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42 jobs lost in Jenkins




Ferus Inc. will leave behind the 42,000 square foot building seen above but will take away the $32 million worth of equipment (some of which can be seen in photo at right) it has installed at its Gateway Industrial Park location near Jenkins. Ferus announced Tuesday that it is closing its Letcher County operation “permanently” and laying off 20.

Ferus Inc. will leave behind the 42,000 square foot building seen above but will take away the $32 million worth of equipment (some of which can be seen in photo at right) it has installed at its Gateway Industrial Park location near Jenkins. Ferus announced Tuesday that it is closing its Letcher County operation “permanently” and laying off 20.

Letcher County and the City of Jenkins were left reeling this week after learning that as many as 42 men and women are now jobless after one Jenkins business shut down entirely and another severely trimmed its workforce.

The biggest hit came Tuesday morning after Canada-based Ferus Inc. announced the “immediate and permanent closure” of its liquid nitrogen plant at Gateway Industrial Park near Jenkins, resulting in the loss of 25 of the region’s best-paying jobs.

“It makes me sick to my stomach,” Jenkins City Manager Benny Mc- Call said. “They were a really good operation.”

Meanwhile, McCall said a top offi cial with Florida-based Healthcare National Marketing Inc. confirmed Tuesday that jobs were cut at the company’s new call center in Jenkins, but assured him the layoffs — believed to have affected as many as 22 employees — were made for no other reason than poor job performance.

Local officials learned of the Ferus closing shortly after the company’s founding president and CEO, Dick Brown, publically announced the closing in a release sent to The Mountain Eagle and other newspapers in the region.

 

 

“I don’t take this difficult decision lightly given that it affects the lives of people who have made important contributions to our company,” Brown said from his office in Calgary, Alberta. Twenty workers will lose their jobs as a result of the Jenkins closing. Five other employees will be transferred to Ferus jobs elsewhere.

Brown visited Jenkins with Kentucky Governor Steve Beshear in June 2010 for the groundbreaking of the company’s $32 million plant at the Gateway Industrial Park. At the time, Brown said the Jenkins location, which represented the corporation’s first expansion into the U.S., would enable Ferus to serve a signifi- cant portion of the natural gas well drilling industry in Central Appalachia.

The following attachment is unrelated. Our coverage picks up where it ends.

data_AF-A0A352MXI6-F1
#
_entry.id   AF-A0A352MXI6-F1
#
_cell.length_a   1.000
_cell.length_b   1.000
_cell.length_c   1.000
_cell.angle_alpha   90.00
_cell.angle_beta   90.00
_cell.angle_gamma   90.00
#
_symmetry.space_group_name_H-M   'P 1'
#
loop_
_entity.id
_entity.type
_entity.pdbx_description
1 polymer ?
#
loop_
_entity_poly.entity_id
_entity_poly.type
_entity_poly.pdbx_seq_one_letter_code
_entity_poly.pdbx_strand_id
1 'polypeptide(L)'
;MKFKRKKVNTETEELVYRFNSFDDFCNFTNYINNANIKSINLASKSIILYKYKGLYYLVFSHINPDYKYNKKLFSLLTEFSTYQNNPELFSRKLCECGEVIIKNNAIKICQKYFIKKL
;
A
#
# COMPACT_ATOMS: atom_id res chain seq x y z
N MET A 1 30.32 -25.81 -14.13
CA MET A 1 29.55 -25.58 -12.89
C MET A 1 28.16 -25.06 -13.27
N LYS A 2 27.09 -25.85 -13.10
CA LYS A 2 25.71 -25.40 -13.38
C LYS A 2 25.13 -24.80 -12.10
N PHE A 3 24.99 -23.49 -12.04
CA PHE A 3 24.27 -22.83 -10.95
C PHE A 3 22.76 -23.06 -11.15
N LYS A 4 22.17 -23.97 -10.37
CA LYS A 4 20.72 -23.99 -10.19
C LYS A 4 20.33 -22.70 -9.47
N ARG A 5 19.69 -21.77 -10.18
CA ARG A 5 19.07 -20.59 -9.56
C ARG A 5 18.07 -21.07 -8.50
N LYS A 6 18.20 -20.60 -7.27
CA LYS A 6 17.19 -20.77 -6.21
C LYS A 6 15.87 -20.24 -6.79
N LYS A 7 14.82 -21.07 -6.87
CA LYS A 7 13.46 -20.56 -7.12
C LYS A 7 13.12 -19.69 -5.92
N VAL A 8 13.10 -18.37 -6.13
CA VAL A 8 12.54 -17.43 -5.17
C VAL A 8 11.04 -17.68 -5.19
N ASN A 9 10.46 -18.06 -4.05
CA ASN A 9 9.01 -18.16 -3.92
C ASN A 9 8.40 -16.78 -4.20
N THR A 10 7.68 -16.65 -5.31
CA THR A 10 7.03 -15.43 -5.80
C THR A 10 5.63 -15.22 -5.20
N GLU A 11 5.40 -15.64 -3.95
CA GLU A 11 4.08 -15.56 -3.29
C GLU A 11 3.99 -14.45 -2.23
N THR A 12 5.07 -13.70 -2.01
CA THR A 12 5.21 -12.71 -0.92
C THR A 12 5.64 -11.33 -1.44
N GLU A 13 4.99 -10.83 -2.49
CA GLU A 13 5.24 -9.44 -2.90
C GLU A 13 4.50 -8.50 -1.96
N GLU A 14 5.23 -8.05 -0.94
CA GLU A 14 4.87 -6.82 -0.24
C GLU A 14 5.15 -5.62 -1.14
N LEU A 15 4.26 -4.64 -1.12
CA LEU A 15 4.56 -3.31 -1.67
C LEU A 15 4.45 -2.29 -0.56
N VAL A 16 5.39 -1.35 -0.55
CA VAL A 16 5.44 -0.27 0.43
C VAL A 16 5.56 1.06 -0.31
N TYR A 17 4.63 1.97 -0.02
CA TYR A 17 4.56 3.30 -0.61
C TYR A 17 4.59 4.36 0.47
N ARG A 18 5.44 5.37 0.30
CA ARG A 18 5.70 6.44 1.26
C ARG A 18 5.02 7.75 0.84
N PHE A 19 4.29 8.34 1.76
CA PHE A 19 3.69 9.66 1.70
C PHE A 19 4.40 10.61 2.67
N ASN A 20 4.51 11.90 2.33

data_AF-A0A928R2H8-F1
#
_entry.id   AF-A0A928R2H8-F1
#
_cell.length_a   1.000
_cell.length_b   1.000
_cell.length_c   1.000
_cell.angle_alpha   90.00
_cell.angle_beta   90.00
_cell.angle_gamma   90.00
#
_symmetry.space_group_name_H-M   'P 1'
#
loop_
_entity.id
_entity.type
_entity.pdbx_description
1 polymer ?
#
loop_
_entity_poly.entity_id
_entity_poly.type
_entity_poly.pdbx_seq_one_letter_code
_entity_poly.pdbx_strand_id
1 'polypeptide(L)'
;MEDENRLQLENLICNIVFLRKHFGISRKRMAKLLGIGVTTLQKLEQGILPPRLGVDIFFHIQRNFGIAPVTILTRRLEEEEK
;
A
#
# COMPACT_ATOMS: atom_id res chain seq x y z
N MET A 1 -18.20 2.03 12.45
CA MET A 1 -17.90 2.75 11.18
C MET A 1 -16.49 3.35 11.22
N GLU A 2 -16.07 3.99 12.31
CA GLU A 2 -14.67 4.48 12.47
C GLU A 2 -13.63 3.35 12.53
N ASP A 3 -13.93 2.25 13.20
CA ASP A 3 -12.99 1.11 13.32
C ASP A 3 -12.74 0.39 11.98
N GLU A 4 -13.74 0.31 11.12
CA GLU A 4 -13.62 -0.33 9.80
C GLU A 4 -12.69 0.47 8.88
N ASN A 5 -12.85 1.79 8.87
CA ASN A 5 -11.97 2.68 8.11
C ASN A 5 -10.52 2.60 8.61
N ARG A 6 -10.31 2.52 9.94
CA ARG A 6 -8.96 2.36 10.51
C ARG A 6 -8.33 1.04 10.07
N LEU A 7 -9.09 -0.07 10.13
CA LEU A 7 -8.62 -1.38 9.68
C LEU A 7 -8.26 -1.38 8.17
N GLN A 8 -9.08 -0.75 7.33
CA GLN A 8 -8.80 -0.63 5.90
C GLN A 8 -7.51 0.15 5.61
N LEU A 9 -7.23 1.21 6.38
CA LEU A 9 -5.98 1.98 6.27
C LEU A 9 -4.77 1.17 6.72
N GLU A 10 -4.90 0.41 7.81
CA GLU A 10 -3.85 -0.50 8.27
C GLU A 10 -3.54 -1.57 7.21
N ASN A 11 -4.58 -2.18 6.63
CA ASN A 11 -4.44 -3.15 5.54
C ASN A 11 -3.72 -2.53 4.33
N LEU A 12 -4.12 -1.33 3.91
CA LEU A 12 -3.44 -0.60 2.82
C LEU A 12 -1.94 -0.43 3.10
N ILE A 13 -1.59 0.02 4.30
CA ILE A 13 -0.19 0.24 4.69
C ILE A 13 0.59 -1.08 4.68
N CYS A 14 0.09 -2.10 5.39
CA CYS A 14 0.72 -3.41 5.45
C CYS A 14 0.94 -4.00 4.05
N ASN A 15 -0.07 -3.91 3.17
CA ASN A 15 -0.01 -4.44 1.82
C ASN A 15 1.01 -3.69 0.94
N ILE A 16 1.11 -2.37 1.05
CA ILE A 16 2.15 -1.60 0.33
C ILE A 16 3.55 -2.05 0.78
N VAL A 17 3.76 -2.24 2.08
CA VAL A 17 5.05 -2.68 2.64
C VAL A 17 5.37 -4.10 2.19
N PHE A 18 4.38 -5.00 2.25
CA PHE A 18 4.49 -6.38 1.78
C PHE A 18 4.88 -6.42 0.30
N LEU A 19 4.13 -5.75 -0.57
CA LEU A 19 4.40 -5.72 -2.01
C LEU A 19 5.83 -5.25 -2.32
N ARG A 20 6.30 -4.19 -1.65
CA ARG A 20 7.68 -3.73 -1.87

Brown also said at the 2010 groundbreaking that he thought Ferus was “setting up for success” here because of “the massive volumes of natural gas that are in and around this area” and because the liquid nitrogen used in the “fracking” of new wells was being transported into the region from as far as 300 miles away.

Less than six years later, the natural gas drilling industry has come nearly to a halt in southeastern Kentucky and southwestern Virginia as large producers such as EQT have abandoned the region for more productive fields elsewhere.

“In this extremely diffi- cult economic environment in the oil and gas industry there is insufficient demand for Ferus’s products and services,” says the release from Brown’s office. “The Jenkins facility, which provides liquid nitrogen to be used in hydraulic fracturing, has been proven to be uneconomic during the last five years. The rate of return available to operators is much greater in the Marcellus and Utica (natural gas) formations, and as a consequence the Lower Huron of Kentucky — which Jenkins was built to serve — has not been able to compete for the capital required to drill and complete wells.”